Richard Nixon, President Trump, Archibald Cox discussed on This Day in History Class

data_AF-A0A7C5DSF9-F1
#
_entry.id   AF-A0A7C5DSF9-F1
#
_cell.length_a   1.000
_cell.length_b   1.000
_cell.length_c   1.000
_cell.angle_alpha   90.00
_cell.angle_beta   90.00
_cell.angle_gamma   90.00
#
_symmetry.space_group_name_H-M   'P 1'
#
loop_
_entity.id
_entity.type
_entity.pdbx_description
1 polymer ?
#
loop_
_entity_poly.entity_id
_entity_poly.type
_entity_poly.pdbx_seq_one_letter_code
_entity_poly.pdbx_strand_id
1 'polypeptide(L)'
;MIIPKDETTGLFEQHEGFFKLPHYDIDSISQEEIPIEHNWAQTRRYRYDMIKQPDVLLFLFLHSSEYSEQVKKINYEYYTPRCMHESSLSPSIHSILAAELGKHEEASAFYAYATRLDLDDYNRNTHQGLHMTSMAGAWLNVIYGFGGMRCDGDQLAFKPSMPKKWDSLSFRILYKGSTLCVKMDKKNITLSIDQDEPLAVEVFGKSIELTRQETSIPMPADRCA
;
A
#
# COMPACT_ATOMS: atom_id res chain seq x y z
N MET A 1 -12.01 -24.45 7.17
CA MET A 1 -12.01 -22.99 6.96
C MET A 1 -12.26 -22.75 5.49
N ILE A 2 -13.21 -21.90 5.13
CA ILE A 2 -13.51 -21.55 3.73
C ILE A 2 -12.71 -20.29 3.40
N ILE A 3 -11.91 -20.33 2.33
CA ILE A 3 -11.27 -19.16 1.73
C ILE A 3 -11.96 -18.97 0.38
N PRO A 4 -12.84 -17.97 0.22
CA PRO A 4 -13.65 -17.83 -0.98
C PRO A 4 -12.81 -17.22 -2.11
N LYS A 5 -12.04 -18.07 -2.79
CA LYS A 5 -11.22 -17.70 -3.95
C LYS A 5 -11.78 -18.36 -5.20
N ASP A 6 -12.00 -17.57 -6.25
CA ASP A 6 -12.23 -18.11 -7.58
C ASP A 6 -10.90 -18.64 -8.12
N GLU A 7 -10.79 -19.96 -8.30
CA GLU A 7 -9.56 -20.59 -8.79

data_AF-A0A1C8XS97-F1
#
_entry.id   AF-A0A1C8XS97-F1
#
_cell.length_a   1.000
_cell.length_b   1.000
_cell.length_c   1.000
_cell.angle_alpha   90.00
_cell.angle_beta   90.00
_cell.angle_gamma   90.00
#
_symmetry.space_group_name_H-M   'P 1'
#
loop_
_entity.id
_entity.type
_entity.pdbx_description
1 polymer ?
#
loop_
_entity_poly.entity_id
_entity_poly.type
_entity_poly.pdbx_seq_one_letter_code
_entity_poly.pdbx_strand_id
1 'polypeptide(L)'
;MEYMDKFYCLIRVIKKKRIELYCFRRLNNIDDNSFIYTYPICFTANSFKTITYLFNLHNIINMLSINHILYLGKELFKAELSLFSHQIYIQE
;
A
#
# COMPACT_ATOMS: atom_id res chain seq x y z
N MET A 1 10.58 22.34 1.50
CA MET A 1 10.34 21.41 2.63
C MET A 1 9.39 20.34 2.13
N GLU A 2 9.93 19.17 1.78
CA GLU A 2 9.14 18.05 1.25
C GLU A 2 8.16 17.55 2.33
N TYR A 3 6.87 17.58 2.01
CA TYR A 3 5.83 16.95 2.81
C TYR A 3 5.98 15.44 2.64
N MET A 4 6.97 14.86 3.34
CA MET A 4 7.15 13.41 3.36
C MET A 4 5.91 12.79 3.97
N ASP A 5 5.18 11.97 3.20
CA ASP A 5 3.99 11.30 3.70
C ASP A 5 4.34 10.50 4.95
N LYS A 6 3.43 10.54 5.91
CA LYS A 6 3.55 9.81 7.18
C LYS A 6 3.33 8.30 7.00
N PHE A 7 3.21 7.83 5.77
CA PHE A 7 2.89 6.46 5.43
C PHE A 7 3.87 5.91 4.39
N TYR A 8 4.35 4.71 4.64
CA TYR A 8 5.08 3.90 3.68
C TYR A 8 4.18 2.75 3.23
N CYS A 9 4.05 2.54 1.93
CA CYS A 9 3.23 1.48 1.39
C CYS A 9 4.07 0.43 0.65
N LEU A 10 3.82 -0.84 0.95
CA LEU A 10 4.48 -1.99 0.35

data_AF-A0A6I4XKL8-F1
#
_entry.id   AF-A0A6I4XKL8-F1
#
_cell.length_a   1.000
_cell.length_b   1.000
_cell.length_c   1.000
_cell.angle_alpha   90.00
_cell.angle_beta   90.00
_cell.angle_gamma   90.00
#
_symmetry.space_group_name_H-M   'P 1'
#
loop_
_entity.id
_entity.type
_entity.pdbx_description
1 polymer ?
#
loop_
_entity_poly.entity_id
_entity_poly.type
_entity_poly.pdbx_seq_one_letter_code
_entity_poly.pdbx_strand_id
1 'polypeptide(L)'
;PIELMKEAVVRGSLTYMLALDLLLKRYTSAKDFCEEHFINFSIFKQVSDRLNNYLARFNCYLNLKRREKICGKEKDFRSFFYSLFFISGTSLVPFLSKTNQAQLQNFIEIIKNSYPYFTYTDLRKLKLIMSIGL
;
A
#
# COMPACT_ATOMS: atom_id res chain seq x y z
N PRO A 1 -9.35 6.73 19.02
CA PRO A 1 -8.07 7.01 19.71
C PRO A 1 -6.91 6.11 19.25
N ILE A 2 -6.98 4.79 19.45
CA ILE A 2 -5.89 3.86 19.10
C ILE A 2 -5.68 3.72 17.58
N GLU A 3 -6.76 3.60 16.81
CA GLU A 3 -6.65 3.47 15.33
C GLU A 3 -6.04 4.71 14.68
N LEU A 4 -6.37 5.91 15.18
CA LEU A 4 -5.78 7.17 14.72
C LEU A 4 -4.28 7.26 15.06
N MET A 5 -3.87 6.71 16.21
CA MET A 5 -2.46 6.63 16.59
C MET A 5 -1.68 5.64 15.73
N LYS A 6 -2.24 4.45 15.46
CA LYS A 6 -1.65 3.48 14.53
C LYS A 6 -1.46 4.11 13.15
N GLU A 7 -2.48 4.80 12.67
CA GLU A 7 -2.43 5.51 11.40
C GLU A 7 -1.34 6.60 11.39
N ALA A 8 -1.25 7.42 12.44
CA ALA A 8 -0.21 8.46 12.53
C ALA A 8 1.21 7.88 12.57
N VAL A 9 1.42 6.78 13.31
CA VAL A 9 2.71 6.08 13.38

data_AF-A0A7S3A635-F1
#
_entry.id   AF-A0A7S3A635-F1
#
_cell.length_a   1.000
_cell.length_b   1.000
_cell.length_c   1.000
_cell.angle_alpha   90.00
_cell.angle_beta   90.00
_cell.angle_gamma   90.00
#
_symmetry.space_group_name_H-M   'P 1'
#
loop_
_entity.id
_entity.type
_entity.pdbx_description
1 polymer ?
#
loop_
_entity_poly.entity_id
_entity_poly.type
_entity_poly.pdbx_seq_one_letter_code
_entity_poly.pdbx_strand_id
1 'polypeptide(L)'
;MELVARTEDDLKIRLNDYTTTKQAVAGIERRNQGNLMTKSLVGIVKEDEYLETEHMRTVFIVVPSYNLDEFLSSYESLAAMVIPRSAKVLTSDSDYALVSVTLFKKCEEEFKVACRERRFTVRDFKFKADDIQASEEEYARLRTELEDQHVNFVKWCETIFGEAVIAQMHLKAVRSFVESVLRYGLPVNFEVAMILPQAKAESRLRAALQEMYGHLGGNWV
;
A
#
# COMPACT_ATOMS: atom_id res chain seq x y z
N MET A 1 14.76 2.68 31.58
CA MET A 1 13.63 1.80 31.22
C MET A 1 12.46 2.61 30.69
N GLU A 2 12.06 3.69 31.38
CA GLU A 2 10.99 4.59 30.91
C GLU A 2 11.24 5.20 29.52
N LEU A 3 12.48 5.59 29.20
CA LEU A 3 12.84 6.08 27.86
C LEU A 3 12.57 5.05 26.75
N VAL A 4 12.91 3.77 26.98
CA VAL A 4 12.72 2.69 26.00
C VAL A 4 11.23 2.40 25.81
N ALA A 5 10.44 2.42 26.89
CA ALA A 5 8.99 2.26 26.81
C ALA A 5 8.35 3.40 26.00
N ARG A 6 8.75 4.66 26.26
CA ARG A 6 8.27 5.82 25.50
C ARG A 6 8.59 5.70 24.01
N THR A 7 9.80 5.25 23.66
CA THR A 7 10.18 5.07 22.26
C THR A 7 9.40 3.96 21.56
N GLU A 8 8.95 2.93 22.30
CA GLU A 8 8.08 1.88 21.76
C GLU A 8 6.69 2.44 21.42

It's baritone day, Thurston host of spit iheartradio's newest podcast with twenty three and me that explores how understanding your DNA changes, how we think about ourselves and the world around us. John legend joined us to discuss how are we all related. We're not a nine point, five percent, the same. That point, five percent is an area. We have been eager to explore those small differences, inspired a lot of discrimination. I feel like we're becoming more connected. I feel like we're learning more about how much we have in common, listen to the full episode of spit with twenty three and me. Now in the iheartradio app will wherever you listen to podcasts. Welcome to this day in history class from how stuff works dot com. And from the desk of stuff you missed in history class. It's the show where we explore the past one day at a time with a quick look at what happened today in history. Hello and welcome to the podcast. I'm Tracy v Wilson. It's October twentieth the Saturday night massacre took place on this day in one thousand nine hundred seventy three. And this goes back to Watergate. Richard Nixon was president and was campaigning for re election and in June of nineteen seventy-two during his reelection campaign five people broke into the Democratic National Committee headquarters at the Watergate complex Washington DC. These burglars had all kinds of bugs with them that they were planning supplant around the DNC headquarters. They were caught. They were put on trial. Some of them entered a guilty plea and the rest were convicted in January of nineteen Seventy-three. At first, it wasn't clear that they had any connection to the White House, but that connection was unearthed through reporting in the Washington Post. An investigation of the president's potential involvement in this break in started. In may of nineteen Seventy-three. After Nixon had been reelected. President in a landslide Archibald Cox was leading the investigation. He was a special prosecutor, and this is a position that the Justice department had a very hard time filling. No one really wanted to do it. It was viewed as a no win situation during this investigation. Cox wanted the White House to hand over a set of secret recordings that had been made in the Oval Office. These were evidence that Nixon had been involved. An appeals court had ordered the president turn over along with other documents on October twelfth, and he had done it. Instead, the White House had offered a compromise that one Senator who was hard of hearing and was also heavily Medicated following being shot in a robbery attempt. One Senator was going to listen to the tapes and then confirm whether a White House prepared summary of the tapes was accurate. Cox saw. The many holes in this plan and refused to this compromise. So then on October, twentieth Nixon ordered Elliot Richardson who was the attorney general to fire Cox as special prosecutor, the attorney general was the only person who had the authority to do that, but he refused to do it and resigned. The deputy attorney general William Ruckle house then became the acting attorney general Nixon ordered him to fire Archibald Cox. He also refused to do it and also resigned. Then solicitor general, Robert Bork became the interim attorney general. He was the one who finally carried out Nixon's order to fire Archibald Cox, fearful that the constitutional crisis in play was just going to get worse if he didn't almost immediately after these firings, Nixon ordered the special prosecutor's office to be shut down in the investigation ended. FBI agents were sent to seal off the offices of the attorney general and the deputy. Attorney general and the special prosecutor, Richard Nixon was obviously hoping that this would put an end to the investigation into his activities. It did not. It had the opposite effect before the Saturday night massacre the president had been calling the investigation, a witch hunt. He had claimed the increasingly detailed reporting from the Washington Post that was making a lot of connections between him and the what happened to the Watergate and the cover up of what happened at the Watergate. He was saying that that was all just the work of a liberal newspaper that had a grudge against him a significant portion of the American public also really thought that this was an unfair effort to kind of get the president and people were a lot more worried about the economy than they were worried about Watergate. But the Saturday night massacre really turned all of that around it. Stoked, public and media interest into the incident and into the cover up and into the president's subsequent behavior. The media began issuing increasingly alarming reports. The ongoing constitutional crisis. Congress started calling for impeachment and filing resolutions calling for the president to resign citizens, wrote tens of thousands of telegrams overwhelmingly calling for further investigation. People also phoned their representatives Nixon under all of this pressure finally appointed a new special prosecutor. Finally agreed to release those tapes. The tapes clearly implicated the president, especially a conversation between Nixon and his chief of staff about using the to hamper the FBI investigation into the break. And there's also a very famous eighteen and a half minute gap in their recordings from shortly after the break in Richard Nixon, resigned as president on August eighth nineteen, seventy four rather than be impeached. Thanks to hurry here is in for her audio work on this show. You can subscribe to this day in history class on apple podcast, Google podcasts, and wherever else get your podcasts and you can tune in tomorrow for a new way to see star. Ars. Flu. I'm Anne Marie, and I'm Laurin Vogel bomb and our show foodstuff all about these ci- history and culture of food and drink is relaunching as saver re along with our super producer Dilling Fagin are hitting the road to find the stories behind all the things we like to eat and drink. We will be talking to the culinary creators and eaters of the world to get to the bottom of why we like what we like and how we can find more of those things. On our first trip, we went to Asheville North Carolina, a city that pulled itself out of a seventy year economic depression with beer and